Tumbleweed Midstream Acquires Ladder Creek Helium Plant near Cheyenne Wells
Tumbleweed Midstream, LLC (“Tumbleweed”) announced Wednesday that it has acquired the Ladder Creek Helium Plant and Gathering System and 730 miles of pipline from DCP Midstream, LP. The plant is located just west of Cheyenne Wells near the Colorado-Kansas border. The Ladder Creek system is supported by long-term acreage dedications across a 1,000-square-mile area that spans Cheyenne, Kit Carson and Kiowa counties in Colorado and Hamilton, Greeley, Wichita, Kearney, Wallace and Finney counties in Kansas.
The Ladder Creek Helium Plant and Gathering System serves natural gas producers operating in eastern Colorado and western Kansas, which includes the Morrow, Mississippian, Spergen, Chester and Marmaton formations. The natural gas produced in the region has a high helium content, with average concentrations as high as three percent. The plant was built in 1997 by Union Pacific Resources to separate helium from the natural gas stream and liquefy it for transport to market. DCP Midstream acquired the Ladder Creek system from Union Pacific in 1999.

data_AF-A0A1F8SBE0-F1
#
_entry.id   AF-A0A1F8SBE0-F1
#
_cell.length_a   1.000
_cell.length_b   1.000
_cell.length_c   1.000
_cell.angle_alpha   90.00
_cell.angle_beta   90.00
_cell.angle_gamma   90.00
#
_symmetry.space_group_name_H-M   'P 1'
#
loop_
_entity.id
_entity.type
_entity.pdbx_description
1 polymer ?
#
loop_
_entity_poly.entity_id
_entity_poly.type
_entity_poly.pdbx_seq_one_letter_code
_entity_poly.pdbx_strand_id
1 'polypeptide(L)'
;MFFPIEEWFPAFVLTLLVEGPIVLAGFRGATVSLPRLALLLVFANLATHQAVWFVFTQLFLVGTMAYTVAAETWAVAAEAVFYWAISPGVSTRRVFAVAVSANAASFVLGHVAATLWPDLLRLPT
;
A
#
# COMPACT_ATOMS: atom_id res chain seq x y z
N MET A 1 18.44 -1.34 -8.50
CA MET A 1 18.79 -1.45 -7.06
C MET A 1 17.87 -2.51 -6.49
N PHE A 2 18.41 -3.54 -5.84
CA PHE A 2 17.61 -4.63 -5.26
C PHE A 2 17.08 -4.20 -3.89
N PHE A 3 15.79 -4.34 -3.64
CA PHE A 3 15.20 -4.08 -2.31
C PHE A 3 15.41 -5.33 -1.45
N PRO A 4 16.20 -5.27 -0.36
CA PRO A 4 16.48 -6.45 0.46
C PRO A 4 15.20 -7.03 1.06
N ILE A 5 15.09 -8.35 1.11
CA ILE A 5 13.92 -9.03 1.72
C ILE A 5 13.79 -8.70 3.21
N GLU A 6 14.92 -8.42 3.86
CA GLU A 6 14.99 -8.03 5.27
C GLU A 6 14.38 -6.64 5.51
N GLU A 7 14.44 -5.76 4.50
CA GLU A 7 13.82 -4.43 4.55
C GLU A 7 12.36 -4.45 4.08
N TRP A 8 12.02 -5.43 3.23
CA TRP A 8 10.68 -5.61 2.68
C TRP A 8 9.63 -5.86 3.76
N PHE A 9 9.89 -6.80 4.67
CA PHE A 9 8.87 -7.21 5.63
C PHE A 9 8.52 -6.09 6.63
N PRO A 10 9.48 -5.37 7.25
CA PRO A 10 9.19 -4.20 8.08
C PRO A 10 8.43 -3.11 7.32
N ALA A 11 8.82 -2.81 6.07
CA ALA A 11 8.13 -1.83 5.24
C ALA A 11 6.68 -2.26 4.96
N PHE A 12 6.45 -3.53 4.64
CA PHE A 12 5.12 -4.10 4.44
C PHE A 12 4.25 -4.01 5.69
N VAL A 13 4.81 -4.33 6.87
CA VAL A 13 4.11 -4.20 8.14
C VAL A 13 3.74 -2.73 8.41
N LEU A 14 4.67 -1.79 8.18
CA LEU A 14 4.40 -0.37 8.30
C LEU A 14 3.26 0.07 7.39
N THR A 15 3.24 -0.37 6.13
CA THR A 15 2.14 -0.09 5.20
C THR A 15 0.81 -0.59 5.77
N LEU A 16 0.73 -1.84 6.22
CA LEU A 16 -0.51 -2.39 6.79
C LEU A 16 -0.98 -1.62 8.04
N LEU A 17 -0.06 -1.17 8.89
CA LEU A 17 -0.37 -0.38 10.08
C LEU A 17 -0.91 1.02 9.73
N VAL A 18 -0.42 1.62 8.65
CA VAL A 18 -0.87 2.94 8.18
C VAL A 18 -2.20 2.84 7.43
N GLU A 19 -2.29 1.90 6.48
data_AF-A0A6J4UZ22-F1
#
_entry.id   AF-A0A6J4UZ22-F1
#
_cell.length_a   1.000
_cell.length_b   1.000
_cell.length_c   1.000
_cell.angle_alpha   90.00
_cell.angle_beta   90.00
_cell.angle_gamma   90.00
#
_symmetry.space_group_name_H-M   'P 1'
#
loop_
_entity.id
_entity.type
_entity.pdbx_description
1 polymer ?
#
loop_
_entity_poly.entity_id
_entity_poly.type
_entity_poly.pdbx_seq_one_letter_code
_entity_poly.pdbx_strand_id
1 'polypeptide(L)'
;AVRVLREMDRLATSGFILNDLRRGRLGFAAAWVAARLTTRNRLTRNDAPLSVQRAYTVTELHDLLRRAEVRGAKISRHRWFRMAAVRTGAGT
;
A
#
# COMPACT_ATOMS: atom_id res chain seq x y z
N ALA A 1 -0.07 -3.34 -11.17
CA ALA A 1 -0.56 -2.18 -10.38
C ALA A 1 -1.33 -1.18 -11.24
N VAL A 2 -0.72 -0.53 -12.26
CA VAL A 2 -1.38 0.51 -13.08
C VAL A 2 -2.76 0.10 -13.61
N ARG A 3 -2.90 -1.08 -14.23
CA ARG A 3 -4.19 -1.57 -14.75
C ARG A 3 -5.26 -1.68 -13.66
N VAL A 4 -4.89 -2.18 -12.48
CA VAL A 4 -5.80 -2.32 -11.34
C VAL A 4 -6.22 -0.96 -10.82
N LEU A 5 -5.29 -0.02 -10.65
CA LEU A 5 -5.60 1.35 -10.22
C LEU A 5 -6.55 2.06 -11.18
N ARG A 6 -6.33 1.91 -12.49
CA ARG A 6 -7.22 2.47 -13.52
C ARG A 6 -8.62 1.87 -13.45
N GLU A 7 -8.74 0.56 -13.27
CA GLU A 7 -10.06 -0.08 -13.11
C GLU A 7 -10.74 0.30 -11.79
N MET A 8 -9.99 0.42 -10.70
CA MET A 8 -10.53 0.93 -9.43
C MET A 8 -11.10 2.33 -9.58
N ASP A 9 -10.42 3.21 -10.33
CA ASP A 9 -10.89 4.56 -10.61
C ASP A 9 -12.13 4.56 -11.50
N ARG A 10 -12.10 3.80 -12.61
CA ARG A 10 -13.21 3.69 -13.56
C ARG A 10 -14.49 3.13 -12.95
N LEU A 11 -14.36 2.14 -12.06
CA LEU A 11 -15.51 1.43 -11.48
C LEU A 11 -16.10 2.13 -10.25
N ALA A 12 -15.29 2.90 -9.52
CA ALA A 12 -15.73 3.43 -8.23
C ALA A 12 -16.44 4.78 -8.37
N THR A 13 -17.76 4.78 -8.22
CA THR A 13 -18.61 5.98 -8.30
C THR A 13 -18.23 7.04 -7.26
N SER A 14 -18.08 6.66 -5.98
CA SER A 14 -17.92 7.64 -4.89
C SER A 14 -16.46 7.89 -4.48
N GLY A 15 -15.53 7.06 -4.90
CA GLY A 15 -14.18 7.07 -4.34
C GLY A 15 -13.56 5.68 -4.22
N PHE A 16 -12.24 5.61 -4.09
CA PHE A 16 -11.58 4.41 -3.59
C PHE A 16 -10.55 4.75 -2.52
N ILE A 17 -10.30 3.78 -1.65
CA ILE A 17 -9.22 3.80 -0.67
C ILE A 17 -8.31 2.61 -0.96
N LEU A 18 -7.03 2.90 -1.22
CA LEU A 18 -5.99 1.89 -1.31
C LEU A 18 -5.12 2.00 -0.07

Tumbleweed Midstream was established in 2019 to focus on the acquisition, operation and growth of the Ladder Creek Helium Plant and Gathering System.
Tumbleweed is led by CEO Durell Johnson, who has a unique history with the Ladder Creek plant. He served Union Pacific as the plant’s project engineer and project manager from 1997 to 1999. In this role, Johnson hired and trained all employees, commissioned the plant in 1997 and managed operations until the plant was sold to DCP. Johnson started his 35-year career in the energy industry as a reservoir engineer with Exxon in Corpus Christi, Texas.
The Ladder Creek Helium Plant
Current processing capacity at the Ladder Creek cryogenic processing plant is 40 million cubic feet of natural gas per day (MMcf/d), expandable to 50 MMcf/d. The plant has the capacity to extract and liquefy 1.5 MMcf/d of helium, with extraction and liquefaction to purity levels of 99.999 percent.
Helium is used in cryogenics, MRI machines, welding, deep-sea diving, manufacturing of fiber optic cables and semiconductors, and retail sales of helium-filled balloons.